Spirit Airlines ‘can take those $50 and stick ’em where the sun don’t shine,’ passenger says

Travel

MYRTLE BEACH, S.C. (WBTW) — Passengers of Spirit Airlines flying in and out of Myrtle Beach International Airport saw some improvement in service on Saturday, as the airline’s number of canceled flights dipped below 10 for the first time in several days.

As of 3:45 p.m. Saturday, four of the airlines’ 28 departing flights had been canceled, according to a list of scheduled flights on the airport’s website. Five of 28 arriving flights also were canceled, the website showed.

An advisory on the airline’s website on Saturday said: “We are experiencing a high volume of cancellations throughout our network, please check your email and flight status before going to the airport.”

Over the course of the past week, thousands of passengers have been left stranded at Myrtle Beach International Airport (MYR) as a result of the mass cancellations at the airport and nationwide.

Stuck passengers have turned to other ways of getting out of Myrtle Beach. Many of them booked flights with other airlines.

Cheryl Webb, Tonya Johnson and Yvonda Lester all flew out with United Airlines and booked it themselves. Jim Cesnick has been attempting to fly home to Pennsylvania with Spirit for several days.

“I’ve been trying to get home since Tuesday,” Cesnick said.

The airline put him in a hotel for each night he was stuck in Myrtle Beach, but Cesnick no longer wanted to deal with the uncertainty of knowing whether his flight would take off, so he rebooked with Southwest Airlines.

“But you know what, pretty nice hotels get kind of old after a while,” he said. “I’d like to sleep in my own bed.”

Cesnick will fly to Atlanta, then Tampa, before landing in Pittsburgh around midnight Saturday into Sunday.

“It’s not a trip,” Cesnick said. “It’s an expedition longer than it would take me to drive from here to Pittsburgh.”

The Hertz location at MYR estimated that one-way rentals were up this week by 25% because of stranded passengers looking for a way out. The top destinations were Pittsburgh and Cleveland.

Renting a car was not worth it for Cesnick nor Gloria Cooper, who was calmer than most stranded passengers. She had been at MYR since Tuesday trying to get to Hartford, Connecticut.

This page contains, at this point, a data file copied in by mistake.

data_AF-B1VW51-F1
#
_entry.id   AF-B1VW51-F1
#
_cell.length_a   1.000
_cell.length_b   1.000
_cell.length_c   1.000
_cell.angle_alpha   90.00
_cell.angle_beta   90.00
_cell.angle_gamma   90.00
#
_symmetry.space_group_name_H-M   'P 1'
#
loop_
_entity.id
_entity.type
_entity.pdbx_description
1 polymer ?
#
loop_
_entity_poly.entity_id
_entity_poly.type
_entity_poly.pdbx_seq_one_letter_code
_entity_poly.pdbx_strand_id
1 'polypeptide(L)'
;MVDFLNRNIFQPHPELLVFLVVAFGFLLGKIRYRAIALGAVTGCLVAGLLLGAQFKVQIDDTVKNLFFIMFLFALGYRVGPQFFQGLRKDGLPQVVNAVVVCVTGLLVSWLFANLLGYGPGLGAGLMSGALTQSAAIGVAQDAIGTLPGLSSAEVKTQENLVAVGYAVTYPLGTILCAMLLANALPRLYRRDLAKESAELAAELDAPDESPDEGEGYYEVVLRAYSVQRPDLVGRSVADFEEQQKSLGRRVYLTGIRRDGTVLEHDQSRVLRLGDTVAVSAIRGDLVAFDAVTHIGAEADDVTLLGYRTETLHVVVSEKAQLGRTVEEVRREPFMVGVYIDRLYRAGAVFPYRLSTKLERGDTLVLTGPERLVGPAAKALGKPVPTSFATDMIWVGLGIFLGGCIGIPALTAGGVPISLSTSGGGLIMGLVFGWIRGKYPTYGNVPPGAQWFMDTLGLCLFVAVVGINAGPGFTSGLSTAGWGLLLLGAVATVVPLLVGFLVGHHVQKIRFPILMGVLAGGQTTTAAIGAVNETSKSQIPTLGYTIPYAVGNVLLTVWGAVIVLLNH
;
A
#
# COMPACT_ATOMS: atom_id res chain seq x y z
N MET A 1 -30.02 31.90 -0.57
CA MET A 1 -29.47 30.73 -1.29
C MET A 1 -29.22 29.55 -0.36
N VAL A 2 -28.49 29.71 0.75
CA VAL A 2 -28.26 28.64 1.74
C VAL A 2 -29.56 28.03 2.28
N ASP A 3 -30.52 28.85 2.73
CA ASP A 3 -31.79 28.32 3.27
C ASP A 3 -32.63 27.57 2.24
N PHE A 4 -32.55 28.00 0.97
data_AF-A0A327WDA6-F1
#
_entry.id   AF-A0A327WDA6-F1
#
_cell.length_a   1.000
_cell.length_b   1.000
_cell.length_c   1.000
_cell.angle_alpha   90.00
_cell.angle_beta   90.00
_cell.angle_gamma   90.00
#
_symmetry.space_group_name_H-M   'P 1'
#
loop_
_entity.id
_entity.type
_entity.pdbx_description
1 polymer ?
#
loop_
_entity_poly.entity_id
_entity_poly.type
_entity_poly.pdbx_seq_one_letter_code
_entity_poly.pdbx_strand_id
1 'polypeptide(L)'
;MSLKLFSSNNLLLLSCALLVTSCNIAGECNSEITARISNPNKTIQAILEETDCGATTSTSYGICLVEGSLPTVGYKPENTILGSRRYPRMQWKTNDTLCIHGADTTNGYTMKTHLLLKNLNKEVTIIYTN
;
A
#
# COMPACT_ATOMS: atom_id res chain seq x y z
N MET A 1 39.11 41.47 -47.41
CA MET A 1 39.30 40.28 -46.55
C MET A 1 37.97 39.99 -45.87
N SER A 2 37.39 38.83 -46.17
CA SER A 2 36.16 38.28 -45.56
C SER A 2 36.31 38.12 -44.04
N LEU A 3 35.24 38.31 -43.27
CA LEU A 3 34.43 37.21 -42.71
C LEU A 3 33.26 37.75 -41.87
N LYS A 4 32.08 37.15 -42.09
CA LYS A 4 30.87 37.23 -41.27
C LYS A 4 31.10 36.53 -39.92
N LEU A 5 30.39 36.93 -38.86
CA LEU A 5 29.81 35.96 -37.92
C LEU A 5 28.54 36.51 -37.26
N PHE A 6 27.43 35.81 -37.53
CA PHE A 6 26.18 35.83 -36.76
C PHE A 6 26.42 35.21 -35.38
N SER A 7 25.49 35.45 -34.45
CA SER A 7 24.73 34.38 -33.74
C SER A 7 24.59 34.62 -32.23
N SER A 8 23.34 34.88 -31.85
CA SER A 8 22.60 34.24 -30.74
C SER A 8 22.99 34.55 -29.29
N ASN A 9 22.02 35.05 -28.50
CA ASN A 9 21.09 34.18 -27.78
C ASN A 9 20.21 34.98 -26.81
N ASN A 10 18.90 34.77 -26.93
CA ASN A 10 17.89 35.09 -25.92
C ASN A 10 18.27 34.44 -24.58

“Even though this is my third day waiting to get to my destination, what do you do?” Cooper asked.

Cooper said the airline treated her as best as it could and understood the tough circumstances. She said she had a room and meals as well as transportation compensated by Spirit. The airline rebooked her to fly to Hartford with American Airlines Friday night.

“It wasn’t really an easy process,” Cooper said. “I had to stand in line for a good seven hours, but it ended [well].”

Cooper said she did not have to pay anything out of pocket and had no complaints for how the airline handled her situation.

Cesnick does not share the same sentiments. He said he would never fly Spirit again. He said the airline offered him $50 discounts for future flights.

I don’t care,” Cesnick said. “They can take those $50 and stick ’em where the sun don’t shine.”

Spirit Airlines President and CEO Ted Christie said on CBS This Morning Friday that the images of stranded passengers at airports around the country where heart-wrenching.

“It’s a terrible experience,” Christie said. “We’re doing our best to make up for that, and I believe we have. Those people are either where they belong or are in a hotel or afforded the option to go somewhere else.”

The mass cancellations began last weekend. The airline said a perfect storm of factors combined to create the travel nightmare.

“What started with weather and its associated delays led to more and more crew members getting dislocated and being unable to fly their assigned trips,” Spirit Airlines said in a statement to News13. “Ultimately, the number of crews facing those issues outpaced our crew scheduling department’s capacity for getting them back in place.”

According to FlightAware, 44% of Spirit flights were canceled Friday. That represents an improvement over Thursday when 56% of Spirit flights did not take off. Spirit said the airline should begin to catch back up over the weekend.

“Yesterday our cancellation rate improved and it’s on track to improve further today,” Spirit said in a statement. “While we never want to cancel flights and inconvenience our guests, this is a step in the right direction. Christie said he expects Spirit’s cancellation rate to continue to improve over the weekend, resuming normal operations by the middle of next week.”

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